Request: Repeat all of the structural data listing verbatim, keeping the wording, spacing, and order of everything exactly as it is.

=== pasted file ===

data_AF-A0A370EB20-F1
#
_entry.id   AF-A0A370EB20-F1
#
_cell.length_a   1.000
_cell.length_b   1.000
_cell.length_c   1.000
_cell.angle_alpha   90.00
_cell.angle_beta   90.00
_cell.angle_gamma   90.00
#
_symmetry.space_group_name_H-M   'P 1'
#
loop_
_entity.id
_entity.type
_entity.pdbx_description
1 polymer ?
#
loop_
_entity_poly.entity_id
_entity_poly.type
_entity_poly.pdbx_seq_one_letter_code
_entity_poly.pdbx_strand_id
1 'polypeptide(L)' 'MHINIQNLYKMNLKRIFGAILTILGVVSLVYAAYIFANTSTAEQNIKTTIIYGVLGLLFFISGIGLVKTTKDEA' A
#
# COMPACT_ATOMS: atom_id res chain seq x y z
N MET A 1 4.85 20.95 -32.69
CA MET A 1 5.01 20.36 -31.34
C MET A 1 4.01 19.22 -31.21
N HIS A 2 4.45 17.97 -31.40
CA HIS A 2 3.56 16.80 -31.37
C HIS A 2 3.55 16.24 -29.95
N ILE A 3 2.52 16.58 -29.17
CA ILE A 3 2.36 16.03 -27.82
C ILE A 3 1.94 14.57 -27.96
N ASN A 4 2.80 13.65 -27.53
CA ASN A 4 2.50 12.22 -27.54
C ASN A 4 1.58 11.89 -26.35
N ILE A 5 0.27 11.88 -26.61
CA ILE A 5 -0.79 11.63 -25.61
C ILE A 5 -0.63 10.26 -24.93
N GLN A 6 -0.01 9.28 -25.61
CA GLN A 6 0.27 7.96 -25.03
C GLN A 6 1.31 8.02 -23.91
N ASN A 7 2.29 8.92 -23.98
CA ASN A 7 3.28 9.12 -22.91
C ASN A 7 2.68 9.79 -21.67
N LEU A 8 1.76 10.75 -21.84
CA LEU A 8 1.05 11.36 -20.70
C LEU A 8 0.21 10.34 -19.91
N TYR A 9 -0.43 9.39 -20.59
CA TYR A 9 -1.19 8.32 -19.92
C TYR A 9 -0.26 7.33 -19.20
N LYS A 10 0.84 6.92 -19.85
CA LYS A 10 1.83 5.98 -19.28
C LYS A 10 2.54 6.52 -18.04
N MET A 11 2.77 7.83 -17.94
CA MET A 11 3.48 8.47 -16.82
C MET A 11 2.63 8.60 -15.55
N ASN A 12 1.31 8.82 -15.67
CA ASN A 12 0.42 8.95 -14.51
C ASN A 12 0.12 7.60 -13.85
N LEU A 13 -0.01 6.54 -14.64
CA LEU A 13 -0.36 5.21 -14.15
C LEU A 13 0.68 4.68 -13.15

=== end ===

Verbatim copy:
data_AF-A0A370EB20-F1
#
_entry.id   AF-A0A370EB20-F1
#
_cell.length_a   1.000
_cell.length_b   1.000
_cell.length_c   1.000
_cell.angle_alpha   90.00
_cell.angle_beta   90.00
_cell.angle_gamma   90.00
#
_symmetry.space_group_name_H-M   'P 1'
#
loop_
_entity.id
_entity.type
_entity.pdbx_description
1 polymer ?
#
loop_
_entity_poly.entity_id
_entity_poly.type
_entity_poly.pdbx_seq_one_letter_code
_entity_poly.pdbx_strand_id
1 'polypeptide(L)' 'MHINIQNLYKMNLKRIFGAILTILGVVSLVYAAYIFANTSTAEQNIKTTIIYGVLGLLFFISGIGLVKTTKDEA' A
#
# COMPACT_ATOMS: atom_id res chain seq x y z
N MET A 1 4.85 20.95 -32.69
CA MET A 1 5.01 20.36 -31.34
C MET A 1 4.01 19.22 -31.21
N HIS A 2 4.45 17.97 -31.40
CA HIS A 2 3.56 16.80 -31.37
C HIS A 2 3.55 16.24 -29.95
N ILE A 3 2.52 16.58 -29.17
CA ILE A 3 2.36 16.03 -27.82
C ILE A 3 1.94 14.57 -27.96
N ASN A 4 2.80 13.65 -27.53
CA ASN A 4 2.50 12.22 -27.54
C ASN A 4 1.58 11.89 -26.35
N ILE A 5 0.27 11.88 -26.61
CA ILE A 5 -0.79 11.63 -25.61
C ILE A 5 -0.63 10.26 -24.93
N GLN A 6 -0.01 9.28 -25.61
CA GLN A 6 0.27 7.96 -25.03
C GLN A 6 1.31 8.02 -23.91
N ASN A 7 2.29 8.92 -23.98
CA ASN A 7 3.28 9.12 -22.91
C ASN A 7 2.68 9.79 -21.67
N LEU A 8 1.76 10.75 -21.84
CA LEU A 8 1.05 11.36 -20.70
C LEU A 8 0.21 10.34 -19.91
N TYR A 9 -0.43 9.39 -20.59
CA TYR A 9 -1.19 8.32 -19.92
C TYR A 9 -0.26 7.33 -19.20
N LYS A 10 0.84 6.92 -19.85
CA LYS A 10 1.83 5.98 -19.28
C LYS A 10 2.54 6.52 -18.04
N MET A 11 2.77 7.83 -17.94
CA MET A 11 3.48 8.47 -16.82
C MET A 11 2.63 8.60 -15.55
N ASN A 12 1.31 8.82 -15.67
CA ASN A 12 0.42 8.95 -14.51
C ASN A 12 0.12 7.60 -13.85
N LEU A 13 -0.01 6.54 -14.64
CA LEU A 13 -0.36 5.21 -14.15
C LEU A 13 0.68 4.68 -13.15